Read the learned judge’s take on the matter:
“Bribery and corruption have turned out to be one of the key topics under discussions in society and passing a sentence in such a case we should not only look from his view point, but also the view point of society.”
“It is clear that public servants have been prompted to carry out illegal activities under the political climate that existed at that time.”
“It is also clear that Rs 600 million was obtained from the Telecommunication Regulatory Commission without the approval of the Directors for a non-important event such as distribution of ‘Sil Redi’ and thereby the fraudulent intent is clear.”
“Even if the Board of Directors approved it, the use of such money was illegal at a time when the Commissioner of Elections had gazetted the conduct of the 2015 Presidential election. The action was in favour of one particular candidate. No reasoning was given as to why the money was suddenly allocated for a non-important act.”
“The action should have been to stop distribution of ‘sil redi’ as an election had already been announced.”And whilst this once respected public servant bemoans alone his fate within the prison walls of his solitary Welikada cell, wonder what he thinks of his political paymaster Mahinda who, without expressing remorse at the fate that had befallen his permanent secretary and accepting responsibility as the architect of the poor man’s downfall, has instead chosen to extract from the corpus of this whole legal saga, a pound of another’s flesh to feed and give life to his own moribund political fortunes.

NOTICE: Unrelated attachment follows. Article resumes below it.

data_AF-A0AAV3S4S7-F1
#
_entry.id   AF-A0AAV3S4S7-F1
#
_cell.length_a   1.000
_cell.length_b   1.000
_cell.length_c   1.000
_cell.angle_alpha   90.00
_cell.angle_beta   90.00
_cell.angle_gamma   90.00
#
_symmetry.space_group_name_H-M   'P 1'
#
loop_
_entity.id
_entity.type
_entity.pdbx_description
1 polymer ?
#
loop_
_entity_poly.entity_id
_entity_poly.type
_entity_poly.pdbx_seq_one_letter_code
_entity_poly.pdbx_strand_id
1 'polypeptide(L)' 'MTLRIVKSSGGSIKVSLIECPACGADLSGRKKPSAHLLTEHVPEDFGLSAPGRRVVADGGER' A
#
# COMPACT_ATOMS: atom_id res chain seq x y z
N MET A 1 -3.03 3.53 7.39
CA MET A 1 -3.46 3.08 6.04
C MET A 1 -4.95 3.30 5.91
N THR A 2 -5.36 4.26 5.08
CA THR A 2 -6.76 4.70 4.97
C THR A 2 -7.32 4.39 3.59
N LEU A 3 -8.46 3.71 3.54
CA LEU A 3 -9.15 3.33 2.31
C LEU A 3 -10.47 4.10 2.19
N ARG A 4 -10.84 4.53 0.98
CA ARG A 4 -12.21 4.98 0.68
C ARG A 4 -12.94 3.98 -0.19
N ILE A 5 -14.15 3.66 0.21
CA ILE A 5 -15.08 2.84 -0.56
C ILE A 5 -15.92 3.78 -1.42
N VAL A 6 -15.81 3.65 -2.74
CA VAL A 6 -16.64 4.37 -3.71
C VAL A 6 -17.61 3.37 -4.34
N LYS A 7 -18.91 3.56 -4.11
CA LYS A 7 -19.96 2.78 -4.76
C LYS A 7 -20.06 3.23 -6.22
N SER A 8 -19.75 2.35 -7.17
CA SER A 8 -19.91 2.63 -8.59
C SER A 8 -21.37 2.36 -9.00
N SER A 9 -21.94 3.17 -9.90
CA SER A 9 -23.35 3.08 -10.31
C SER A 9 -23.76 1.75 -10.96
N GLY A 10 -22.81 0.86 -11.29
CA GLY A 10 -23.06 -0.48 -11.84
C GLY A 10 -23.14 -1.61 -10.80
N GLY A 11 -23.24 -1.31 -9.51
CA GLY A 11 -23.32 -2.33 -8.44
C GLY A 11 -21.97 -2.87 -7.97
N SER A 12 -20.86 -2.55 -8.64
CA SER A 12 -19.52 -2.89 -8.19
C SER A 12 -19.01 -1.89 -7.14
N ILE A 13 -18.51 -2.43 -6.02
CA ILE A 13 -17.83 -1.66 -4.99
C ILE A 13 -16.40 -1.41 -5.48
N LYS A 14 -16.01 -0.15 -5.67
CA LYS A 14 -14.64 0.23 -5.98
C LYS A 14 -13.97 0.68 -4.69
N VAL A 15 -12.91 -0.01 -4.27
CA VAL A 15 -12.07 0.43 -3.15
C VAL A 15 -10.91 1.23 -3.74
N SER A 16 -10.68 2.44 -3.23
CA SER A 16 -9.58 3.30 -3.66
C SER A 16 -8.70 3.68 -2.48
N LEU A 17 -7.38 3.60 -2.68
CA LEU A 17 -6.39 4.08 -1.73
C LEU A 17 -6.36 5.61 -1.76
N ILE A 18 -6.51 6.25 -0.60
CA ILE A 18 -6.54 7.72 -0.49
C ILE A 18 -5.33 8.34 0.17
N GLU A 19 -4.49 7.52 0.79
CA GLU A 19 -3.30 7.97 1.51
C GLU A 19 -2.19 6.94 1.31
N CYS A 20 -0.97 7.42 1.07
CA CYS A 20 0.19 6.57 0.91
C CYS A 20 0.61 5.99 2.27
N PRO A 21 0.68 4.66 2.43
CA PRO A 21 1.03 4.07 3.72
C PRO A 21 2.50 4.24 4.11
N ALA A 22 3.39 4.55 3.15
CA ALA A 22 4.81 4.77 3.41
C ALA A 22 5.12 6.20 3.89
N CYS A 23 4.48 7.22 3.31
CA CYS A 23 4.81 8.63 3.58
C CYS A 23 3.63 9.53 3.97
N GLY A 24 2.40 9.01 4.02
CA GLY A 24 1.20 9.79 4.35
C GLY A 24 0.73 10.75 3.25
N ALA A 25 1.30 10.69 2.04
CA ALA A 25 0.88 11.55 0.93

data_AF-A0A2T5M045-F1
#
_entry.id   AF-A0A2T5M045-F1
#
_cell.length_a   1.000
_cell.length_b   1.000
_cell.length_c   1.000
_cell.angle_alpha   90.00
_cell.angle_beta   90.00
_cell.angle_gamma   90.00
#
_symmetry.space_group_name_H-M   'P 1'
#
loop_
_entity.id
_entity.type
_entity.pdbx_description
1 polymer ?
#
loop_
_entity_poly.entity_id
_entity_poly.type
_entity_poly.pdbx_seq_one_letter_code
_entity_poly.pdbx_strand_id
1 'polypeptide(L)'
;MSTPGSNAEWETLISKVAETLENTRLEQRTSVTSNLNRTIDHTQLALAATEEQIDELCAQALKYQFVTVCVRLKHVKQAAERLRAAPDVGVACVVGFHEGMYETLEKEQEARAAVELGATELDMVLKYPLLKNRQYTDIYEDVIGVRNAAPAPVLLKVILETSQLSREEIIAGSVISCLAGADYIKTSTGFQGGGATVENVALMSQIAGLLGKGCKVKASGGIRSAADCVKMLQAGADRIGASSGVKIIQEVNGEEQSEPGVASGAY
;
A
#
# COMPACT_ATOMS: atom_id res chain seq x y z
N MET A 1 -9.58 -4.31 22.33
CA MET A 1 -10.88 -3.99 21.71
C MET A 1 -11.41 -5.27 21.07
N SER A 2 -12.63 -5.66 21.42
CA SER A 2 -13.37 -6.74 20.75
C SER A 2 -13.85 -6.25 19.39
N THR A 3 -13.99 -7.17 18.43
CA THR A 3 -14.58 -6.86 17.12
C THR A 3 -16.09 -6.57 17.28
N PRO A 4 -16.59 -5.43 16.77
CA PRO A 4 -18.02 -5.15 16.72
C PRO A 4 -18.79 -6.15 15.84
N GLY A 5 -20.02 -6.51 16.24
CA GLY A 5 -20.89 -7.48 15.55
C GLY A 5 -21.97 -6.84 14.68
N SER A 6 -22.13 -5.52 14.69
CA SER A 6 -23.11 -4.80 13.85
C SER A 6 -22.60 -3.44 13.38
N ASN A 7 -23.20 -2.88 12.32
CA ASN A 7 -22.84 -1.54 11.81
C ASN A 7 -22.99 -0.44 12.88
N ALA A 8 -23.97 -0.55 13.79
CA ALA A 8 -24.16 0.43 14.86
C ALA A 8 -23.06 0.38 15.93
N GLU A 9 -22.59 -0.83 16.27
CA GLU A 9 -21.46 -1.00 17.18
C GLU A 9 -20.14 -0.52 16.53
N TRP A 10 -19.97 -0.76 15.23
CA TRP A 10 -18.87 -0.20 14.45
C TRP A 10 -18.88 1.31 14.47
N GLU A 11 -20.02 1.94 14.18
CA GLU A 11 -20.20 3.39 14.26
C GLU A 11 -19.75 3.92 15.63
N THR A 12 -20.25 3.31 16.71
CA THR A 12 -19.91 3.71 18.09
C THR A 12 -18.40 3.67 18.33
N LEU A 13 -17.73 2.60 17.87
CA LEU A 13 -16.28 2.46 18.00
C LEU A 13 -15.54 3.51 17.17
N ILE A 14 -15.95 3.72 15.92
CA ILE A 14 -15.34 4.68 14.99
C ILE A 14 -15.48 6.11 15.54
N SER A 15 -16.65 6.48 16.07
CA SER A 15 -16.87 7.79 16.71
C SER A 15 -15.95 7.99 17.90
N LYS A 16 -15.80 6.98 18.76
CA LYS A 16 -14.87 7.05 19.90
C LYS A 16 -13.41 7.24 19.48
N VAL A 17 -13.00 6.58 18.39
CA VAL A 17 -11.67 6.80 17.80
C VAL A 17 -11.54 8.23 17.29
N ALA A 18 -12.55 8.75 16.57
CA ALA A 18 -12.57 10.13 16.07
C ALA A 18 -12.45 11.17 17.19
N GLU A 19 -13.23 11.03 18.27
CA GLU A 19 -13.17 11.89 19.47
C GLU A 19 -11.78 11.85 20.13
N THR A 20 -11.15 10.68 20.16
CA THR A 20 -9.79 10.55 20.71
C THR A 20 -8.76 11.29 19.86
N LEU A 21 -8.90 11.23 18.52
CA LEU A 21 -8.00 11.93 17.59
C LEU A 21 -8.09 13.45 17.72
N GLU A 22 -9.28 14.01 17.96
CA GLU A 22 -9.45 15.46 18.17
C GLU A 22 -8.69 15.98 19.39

On Friday in Kandy, he declared that even the present First Lady could be sued as she was seen distributing ‘Sil Redi’ along with the President a few days ago. But he misses the point. The merit in the action is in giving clothing to those in need with one’s own personal resources. The sin is in doing it with another’s cash without permission. The scandal is in the plunder of the public coffers to the tune of 600 million bucks in order to influence the devout to place their faith in one and mark their cross of preference in one’s favour on the ballot paper. If picking the public pocket was not enough outrage, what made the whole saga even more sordid was thieving from the public hand their polling cards and denying them the fundamental right to exercise freedom of choice without undue influence when it came to their voting franchise.
But each man must pay the price for his own sins and each man must answer to his own conscience. At the Nuremburg trials held in 1945 at the end of the Second World War to bring to justice the surviving members of Nazi Germany’s high command for the atrocities committed in the name of the Fuehrer and the Fatherland, the jurisprudential principal was established: Following illegal orders issued by one’s superiors was no defence to a charge of crime.